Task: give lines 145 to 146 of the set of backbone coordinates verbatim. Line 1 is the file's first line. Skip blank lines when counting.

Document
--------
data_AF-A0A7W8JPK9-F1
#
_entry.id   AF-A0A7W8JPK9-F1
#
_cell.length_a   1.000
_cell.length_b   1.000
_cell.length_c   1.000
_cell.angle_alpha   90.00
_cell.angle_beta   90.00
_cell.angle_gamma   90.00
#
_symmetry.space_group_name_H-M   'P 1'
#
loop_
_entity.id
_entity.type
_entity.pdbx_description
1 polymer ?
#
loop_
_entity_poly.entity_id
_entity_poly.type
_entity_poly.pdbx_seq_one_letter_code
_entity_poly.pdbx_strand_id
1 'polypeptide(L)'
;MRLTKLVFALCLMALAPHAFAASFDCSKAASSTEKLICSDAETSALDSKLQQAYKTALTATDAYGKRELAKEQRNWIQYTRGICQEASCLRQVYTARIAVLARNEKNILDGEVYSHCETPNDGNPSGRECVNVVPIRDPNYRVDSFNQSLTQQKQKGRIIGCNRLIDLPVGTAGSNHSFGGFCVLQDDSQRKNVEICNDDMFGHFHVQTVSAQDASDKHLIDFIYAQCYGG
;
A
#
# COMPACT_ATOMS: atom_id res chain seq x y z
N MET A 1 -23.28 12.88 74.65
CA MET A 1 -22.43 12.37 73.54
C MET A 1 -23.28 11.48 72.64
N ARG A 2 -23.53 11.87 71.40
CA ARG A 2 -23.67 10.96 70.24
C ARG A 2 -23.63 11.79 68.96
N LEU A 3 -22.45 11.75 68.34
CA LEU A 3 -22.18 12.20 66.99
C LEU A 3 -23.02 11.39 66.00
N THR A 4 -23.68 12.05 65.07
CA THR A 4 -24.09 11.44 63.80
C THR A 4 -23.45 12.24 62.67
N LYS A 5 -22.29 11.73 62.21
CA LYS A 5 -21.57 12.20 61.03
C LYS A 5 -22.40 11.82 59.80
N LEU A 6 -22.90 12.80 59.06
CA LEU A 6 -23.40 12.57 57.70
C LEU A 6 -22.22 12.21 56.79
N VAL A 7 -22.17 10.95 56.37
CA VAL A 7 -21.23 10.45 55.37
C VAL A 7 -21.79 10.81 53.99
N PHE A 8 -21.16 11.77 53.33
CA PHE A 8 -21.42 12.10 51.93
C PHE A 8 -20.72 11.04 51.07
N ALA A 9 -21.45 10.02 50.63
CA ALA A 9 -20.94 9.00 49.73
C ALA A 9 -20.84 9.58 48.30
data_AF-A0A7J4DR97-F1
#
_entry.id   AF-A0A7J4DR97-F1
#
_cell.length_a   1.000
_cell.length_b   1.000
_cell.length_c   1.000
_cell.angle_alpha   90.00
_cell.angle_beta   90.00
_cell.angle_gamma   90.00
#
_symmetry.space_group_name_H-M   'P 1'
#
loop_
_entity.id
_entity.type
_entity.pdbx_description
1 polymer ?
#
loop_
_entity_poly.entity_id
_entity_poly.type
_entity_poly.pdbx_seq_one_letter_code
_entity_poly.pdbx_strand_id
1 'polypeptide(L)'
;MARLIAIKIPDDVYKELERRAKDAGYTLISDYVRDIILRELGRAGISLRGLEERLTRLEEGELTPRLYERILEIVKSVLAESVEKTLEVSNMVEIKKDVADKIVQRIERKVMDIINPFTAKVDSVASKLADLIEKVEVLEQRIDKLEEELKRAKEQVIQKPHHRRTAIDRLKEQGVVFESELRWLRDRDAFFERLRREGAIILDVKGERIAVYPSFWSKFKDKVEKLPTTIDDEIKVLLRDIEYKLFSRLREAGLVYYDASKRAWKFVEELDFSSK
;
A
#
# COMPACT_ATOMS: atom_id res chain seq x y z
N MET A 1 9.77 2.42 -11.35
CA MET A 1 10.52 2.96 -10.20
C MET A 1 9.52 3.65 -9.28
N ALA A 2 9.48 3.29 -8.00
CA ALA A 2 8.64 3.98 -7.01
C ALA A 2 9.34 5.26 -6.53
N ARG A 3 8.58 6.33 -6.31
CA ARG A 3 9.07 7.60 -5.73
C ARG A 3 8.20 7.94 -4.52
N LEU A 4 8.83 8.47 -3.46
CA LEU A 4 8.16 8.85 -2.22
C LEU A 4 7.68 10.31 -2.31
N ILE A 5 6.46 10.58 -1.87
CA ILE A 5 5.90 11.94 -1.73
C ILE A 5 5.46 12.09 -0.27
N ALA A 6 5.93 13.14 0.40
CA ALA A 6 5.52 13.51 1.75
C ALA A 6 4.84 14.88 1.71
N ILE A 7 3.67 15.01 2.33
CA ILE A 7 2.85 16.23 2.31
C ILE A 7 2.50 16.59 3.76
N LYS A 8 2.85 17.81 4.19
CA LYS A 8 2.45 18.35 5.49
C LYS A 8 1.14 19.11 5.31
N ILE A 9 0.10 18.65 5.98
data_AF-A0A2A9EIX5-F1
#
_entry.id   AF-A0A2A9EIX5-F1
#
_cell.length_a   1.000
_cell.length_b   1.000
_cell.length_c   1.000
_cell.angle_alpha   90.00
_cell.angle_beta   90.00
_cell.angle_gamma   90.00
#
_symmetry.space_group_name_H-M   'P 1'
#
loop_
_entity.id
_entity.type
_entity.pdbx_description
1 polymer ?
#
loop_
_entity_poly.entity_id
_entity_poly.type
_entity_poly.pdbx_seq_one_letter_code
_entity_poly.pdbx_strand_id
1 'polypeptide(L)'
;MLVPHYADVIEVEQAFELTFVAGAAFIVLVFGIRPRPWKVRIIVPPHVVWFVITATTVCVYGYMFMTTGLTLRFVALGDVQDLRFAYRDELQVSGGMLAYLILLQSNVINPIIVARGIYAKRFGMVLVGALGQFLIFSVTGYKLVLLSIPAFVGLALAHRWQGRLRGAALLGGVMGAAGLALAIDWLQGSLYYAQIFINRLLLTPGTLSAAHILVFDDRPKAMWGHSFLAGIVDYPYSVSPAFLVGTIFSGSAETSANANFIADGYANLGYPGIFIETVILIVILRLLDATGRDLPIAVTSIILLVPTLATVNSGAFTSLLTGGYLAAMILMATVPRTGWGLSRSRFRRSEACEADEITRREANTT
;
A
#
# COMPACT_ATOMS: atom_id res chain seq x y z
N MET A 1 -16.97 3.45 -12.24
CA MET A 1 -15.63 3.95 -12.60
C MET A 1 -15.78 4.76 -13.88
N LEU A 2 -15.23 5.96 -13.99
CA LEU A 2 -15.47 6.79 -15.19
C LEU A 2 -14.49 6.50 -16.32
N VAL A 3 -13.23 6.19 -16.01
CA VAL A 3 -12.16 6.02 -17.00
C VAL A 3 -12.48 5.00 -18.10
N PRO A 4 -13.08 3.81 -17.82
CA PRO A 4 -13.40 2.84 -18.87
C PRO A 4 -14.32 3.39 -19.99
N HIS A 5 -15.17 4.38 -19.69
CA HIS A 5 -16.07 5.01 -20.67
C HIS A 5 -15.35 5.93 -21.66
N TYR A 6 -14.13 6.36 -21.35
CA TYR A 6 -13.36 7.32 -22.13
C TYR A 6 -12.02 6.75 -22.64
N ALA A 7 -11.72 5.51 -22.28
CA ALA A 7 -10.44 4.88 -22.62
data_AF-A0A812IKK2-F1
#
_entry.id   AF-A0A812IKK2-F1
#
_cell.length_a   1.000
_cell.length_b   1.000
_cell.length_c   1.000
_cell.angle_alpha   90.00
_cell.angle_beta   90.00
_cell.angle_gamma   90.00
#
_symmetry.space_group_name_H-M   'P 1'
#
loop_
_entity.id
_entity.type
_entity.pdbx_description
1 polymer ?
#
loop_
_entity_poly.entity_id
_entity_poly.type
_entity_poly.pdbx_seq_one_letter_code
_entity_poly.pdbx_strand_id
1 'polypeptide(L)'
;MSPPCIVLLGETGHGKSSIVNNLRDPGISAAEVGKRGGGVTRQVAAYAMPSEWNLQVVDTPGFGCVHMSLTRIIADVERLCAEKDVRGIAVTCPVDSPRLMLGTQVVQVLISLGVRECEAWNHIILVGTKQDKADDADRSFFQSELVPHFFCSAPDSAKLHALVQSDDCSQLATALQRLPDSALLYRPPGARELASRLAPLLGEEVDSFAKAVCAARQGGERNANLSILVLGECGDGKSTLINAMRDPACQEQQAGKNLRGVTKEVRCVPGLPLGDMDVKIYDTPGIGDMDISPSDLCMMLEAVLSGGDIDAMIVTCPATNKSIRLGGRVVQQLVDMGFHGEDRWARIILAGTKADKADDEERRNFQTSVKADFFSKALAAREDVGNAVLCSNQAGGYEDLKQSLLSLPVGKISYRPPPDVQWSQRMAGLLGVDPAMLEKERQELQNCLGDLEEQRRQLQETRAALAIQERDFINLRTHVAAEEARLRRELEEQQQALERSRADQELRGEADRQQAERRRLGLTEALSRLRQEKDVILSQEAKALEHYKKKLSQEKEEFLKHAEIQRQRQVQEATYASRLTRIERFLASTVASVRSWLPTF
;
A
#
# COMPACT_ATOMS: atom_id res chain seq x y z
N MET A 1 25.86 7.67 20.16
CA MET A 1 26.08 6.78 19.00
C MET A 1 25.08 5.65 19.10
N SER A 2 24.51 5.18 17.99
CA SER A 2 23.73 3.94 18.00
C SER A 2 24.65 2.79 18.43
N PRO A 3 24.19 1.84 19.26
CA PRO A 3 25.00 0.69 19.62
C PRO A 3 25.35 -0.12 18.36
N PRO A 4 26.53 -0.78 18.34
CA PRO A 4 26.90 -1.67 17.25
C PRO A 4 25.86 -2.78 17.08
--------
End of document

C MET A 1 -15.78 4.76 -13.88
N LEU A 2 -15.23 5.96 -13.99